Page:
In 1976, a scuba team led by marine explorer Jacques Cousteau excavated a small area of the site where the mechanism was found and brought up hundreds of small items, including jewelry, statuettes and coins. Currently, an international team led by archeologists Theotkokis Theodoulou and Dimitris Kourkoumelis of Greece’s Ephorate of Underwater Antiquities, and archeologist Brandon Foley of the Woods Hole Oceanographic Institution in Massachusetts, is busy planning a second visit. The archeologists plan to use the latest sea search technologies to see if more ancient treasure remains buried in the sand at the project site.
Merchant reports the dive site can be treacherous and is at the mercy of the elements; an unrelenting north wind can make it too dangerous to dive. Foul weather ended the archeology team’s initial exploratory efforts earlier this year, but optimism persists. On its first try all the new team netted were an elegant wine jug, some small bronze pieces, and parts of an anchor probably left behind by Cousteau. But they came away with the conviction that more ancient treasures might still be found at the site; what they must do is dig deeper in the sand to find the larger items buried there.
“To discover if the wreck holds the treasures they dream of, perhaps even another ancient computer, they must wait for next year’s expedition,” Merchant wrote.
Two Important Questions
A few years ago the Public Broadcasting Service (PBS) did a television special on the Antikythera mechanism that raised two important questions: Why in all of recorded history has only one of these remarkable devices been found? And what could possibly have motivated or enticed someone to invest the amount of time and energy needed to invent and build such a unique device several decades before the birth of Christ? Surely there was an easier way to figure out when to plant crops or stage Olympic competitions.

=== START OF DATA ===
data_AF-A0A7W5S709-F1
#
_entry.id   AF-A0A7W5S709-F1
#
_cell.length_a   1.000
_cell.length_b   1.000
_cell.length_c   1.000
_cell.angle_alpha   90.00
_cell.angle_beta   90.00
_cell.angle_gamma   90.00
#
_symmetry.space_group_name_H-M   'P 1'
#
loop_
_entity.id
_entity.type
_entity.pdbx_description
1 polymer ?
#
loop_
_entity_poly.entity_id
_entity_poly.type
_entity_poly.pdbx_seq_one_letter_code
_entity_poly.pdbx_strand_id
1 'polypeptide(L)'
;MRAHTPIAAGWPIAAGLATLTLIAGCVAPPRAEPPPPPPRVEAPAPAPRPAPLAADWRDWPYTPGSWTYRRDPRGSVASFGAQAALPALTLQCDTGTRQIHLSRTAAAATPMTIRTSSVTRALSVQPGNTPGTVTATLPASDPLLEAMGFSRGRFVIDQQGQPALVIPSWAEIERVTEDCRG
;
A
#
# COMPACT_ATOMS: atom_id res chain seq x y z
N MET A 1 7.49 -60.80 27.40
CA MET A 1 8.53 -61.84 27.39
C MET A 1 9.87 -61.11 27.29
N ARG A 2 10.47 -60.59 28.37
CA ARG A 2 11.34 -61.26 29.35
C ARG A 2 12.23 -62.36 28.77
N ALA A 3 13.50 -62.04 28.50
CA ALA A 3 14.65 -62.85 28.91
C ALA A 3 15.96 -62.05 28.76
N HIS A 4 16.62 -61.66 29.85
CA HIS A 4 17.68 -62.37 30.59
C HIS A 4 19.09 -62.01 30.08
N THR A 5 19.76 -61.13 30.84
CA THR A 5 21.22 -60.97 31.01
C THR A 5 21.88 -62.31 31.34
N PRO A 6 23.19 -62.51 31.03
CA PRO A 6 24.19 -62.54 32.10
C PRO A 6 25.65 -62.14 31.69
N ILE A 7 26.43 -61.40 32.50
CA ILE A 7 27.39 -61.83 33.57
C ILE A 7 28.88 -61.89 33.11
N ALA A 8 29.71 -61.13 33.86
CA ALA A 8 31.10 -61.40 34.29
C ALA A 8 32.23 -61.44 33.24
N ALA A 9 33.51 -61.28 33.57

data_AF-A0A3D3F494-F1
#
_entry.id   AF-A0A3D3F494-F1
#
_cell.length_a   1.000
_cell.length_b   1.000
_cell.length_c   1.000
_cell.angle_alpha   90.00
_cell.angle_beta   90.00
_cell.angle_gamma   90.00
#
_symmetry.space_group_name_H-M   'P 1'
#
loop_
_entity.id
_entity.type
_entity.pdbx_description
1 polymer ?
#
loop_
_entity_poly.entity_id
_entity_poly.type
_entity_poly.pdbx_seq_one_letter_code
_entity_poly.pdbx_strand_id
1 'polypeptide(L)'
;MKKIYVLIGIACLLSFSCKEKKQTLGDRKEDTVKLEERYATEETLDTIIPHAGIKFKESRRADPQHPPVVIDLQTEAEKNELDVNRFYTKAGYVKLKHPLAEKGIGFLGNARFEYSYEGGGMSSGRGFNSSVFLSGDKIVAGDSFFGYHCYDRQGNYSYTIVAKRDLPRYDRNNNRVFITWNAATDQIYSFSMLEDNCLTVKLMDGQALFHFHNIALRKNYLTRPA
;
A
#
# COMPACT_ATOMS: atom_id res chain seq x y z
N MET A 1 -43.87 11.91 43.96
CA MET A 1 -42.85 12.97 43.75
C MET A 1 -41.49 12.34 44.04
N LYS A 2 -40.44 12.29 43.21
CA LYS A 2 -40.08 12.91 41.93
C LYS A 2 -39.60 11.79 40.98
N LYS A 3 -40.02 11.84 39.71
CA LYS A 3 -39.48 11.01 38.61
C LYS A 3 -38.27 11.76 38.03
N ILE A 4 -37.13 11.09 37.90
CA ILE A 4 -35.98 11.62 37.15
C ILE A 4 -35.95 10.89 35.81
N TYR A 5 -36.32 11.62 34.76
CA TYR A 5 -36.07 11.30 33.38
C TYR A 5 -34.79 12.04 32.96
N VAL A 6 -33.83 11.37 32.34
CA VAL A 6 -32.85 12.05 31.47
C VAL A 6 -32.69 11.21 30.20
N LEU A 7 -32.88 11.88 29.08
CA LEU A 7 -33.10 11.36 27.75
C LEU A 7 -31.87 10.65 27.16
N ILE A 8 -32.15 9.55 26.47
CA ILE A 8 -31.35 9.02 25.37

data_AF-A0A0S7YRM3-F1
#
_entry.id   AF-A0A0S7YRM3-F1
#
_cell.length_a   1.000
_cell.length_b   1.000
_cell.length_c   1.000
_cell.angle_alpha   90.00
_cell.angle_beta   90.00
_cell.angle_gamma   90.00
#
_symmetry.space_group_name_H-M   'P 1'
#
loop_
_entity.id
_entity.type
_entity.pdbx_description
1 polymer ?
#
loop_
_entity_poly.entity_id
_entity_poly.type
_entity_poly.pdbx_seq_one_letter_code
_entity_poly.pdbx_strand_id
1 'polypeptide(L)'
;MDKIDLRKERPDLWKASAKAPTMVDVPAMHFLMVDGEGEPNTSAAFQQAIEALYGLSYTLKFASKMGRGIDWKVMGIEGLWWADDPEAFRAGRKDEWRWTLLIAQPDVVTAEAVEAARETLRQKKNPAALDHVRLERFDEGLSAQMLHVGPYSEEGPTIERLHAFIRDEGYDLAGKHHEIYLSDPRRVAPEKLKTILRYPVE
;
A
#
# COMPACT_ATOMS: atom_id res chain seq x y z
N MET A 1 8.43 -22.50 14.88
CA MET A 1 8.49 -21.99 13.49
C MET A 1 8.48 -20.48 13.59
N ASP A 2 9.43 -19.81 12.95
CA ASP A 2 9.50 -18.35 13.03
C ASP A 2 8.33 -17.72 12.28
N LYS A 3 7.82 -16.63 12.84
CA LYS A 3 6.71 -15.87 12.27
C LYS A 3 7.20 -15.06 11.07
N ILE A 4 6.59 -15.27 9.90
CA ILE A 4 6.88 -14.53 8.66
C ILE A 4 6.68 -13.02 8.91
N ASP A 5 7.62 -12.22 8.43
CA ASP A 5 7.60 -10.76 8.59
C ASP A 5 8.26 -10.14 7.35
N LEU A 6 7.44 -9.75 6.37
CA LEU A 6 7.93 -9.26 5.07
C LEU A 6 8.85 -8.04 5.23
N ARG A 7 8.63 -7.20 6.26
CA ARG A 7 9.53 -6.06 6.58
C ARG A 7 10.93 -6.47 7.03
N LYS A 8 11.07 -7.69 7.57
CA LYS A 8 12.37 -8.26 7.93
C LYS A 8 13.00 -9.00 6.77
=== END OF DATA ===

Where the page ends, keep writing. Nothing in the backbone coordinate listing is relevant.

The easy answer to the first question is we wouldn’t know anything about the device that was found if a couple of sponge divers hadn’t fortuitously happened along to pluck it from its watery grave. In a world with Hellenism in decline it’s not hard to imagine that an intricately designed “analog computer” like the Antikythera mechanism might be abused or misused in the hands of those who fail to understand its utility. Once it was broken the device would have been especially difficult to fix; presumably, in this event, the prudent move might have been to melt down the valuable metal to make something more useful, like a bronze arrow tip.
The “why should anyone bother” question requires less conjecture: the ancient Greek philosophers looked at the night sky and saw universal order, purpose and meaning in the motions of distant planets and stars. In contrast, modern scientists survey the heavens and attempt to calibrate and measure whatever they can, but lately find themselves bemoaning the fact that most of existence appears to be hidden from sight as mysterious dark matter and energy.
Curiously, in all the reporting to be found on the topic, it’s difficult to find a scientist, historian or science reporter willing to tell readers or viewers the whole truth about this remarkable discovery. That is, the Antikythera mechanism was not the handiwork of a brilliant, mathematically astute Greek astronomer with an abundance of engineering skills – because astronomers as defined by moderns did not exist in the ancient world. The builder of the Antikythera mechanism was a brilliant astrologer on a sacred mission to provide a working model of systemic perfection. The Western world is only now beginning to catch up on some the astrological wisdom and vision gifted to humanity by the movers and shakers of this historical era.
About the author
Tags: Antikythera mechanism, Archimedes, astrology, Jo Merchant, Mona Lisa, National Archeological Museum Athens, New Scientist Magazine, Professor Michael Edmunds, Public Broadcasting System (PBS), solar and lunar eclipses